Today’s content marketing interview is with Greg Lewis, Owner of Pittsboro Roadhouse & General Store. The title of this article says restaurant, but the Roadhouse is much, much more than just a restaurant.

Greg LewisIn January of 2012, the General Store Café closed its doors in Pittsboro North Carolina. When it closed, a piece of Pittsboro went with it. Then, in August of 2012, it came back! As a resident of Chatham County I can confidently proclaim that the Pittsboro Roadhouse & General Store is a staple and an asset to the community.

In Chatham County, there are still some residents using dialup. Many of the area’s businesses have Facebook Pages instead of websites. A few business owners that I have spoken to are actually “afraid” to get a free Google My Business listing. Despite this, there is at least one business making use of two of the important tools that have been available for over a decade: WordPress and unique content! When I visited the Roadhouse’s website I immediately noticed the constant flow of content. I wanted to know, and to share, how content was helping this business.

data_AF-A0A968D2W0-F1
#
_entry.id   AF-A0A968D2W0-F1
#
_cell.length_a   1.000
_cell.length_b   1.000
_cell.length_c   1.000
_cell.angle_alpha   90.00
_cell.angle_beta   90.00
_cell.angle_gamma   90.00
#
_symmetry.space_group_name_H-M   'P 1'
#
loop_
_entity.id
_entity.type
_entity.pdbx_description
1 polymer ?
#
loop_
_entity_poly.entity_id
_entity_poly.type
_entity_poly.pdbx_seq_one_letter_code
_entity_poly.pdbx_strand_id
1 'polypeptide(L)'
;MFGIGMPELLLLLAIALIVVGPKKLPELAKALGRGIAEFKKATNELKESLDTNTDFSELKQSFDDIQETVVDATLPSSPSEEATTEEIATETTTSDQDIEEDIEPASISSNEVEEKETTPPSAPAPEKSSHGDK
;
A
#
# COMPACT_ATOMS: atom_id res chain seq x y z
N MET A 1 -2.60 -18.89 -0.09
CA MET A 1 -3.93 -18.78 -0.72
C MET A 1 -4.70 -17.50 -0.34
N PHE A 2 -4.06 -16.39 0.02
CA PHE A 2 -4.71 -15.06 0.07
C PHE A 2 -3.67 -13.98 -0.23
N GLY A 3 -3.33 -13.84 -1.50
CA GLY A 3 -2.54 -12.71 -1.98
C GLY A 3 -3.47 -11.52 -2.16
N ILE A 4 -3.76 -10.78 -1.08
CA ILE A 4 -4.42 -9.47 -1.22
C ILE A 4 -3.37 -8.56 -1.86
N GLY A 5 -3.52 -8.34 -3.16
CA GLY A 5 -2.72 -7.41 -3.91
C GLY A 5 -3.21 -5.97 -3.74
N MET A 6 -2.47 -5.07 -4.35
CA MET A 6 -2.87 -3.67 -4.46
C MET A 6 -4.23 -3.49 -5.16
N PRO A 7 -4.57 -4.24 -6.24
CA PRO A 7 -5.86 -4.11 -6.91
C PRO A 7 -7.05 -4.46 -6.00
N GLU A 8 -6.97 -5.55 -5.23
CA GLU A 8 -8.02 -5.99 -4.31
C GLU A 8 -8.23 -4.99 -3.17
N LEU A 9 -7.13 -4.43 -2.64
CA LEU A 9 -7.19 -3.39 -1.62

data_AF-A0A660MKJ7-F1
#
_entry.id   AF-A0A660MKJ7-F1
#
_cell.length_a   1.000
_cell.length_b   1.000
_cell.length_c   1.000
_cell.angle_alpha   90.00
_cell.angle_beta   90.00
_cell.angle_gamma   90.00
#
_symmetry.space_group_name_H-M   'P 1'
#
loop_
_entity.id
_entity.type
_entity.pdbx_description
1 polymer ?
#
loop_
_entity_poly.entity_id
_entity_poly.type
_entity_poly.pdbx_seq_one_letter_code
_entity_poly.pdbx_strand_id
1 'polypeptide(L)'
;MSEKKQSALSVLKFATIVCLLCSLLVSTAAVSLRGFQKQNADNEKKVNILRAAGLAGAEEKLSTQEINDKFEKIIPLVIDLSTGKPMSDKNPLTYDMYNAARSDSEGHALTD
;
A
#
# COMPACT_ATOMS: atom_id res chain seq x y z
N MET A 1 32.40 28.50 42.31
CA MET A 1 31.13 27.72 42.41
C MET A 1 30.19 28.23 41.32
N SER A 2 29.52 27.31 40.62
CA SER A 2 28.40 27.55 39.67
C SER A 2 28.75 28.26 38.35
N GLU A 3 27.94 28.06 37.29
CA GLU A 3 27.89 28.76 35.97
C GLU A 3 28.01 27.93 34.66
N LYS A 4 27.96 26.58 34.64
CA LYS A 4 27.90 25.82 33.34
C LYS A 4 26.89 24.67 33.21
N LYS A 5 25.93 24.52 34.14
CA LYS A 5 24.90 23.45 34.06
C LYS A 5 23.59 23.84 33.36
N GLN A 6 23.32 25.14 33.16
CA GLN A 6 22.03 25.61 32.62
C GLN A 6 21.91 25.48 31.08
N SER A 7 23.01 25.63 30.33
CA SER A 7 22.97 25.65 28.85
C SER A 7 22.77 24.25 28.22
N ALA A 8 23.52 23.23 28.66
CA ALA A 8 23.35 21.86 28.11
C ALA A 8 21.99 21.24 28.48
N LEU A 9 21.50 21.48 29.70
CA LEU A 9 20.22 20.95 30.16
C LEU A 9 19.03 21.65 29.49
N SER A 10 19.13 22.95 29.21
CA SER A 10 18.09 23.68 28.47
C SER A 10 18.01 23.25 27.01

This interview is part of an ongoing blog series: Great Examples of Business Website Content. Below is our interview with Greg.

An Interview with Greg Lewis

How has content helped you?

Having a variety of content on our website helps more people find us, not just those who know our name and are looking for us. Not everyone is searching for “Pittsboro Roadhouse” or “restaurant, Pittsboro NC”. We want them to find us for music, and dancing, for catering and weddings, for Chatham County events, for local gifts and crafts, as well as for food. To do that, we have to have content focused on each of those topics, and we do.

What other content is on your blog?

We put up blog posts about so many things. We have posts about local farms, local foods, local artists, local musicians, other local businesses, upcoming events. Many things that people will be interested in seeing. You just never know what people are going to search for. We also cover things happening in the surrounding areas.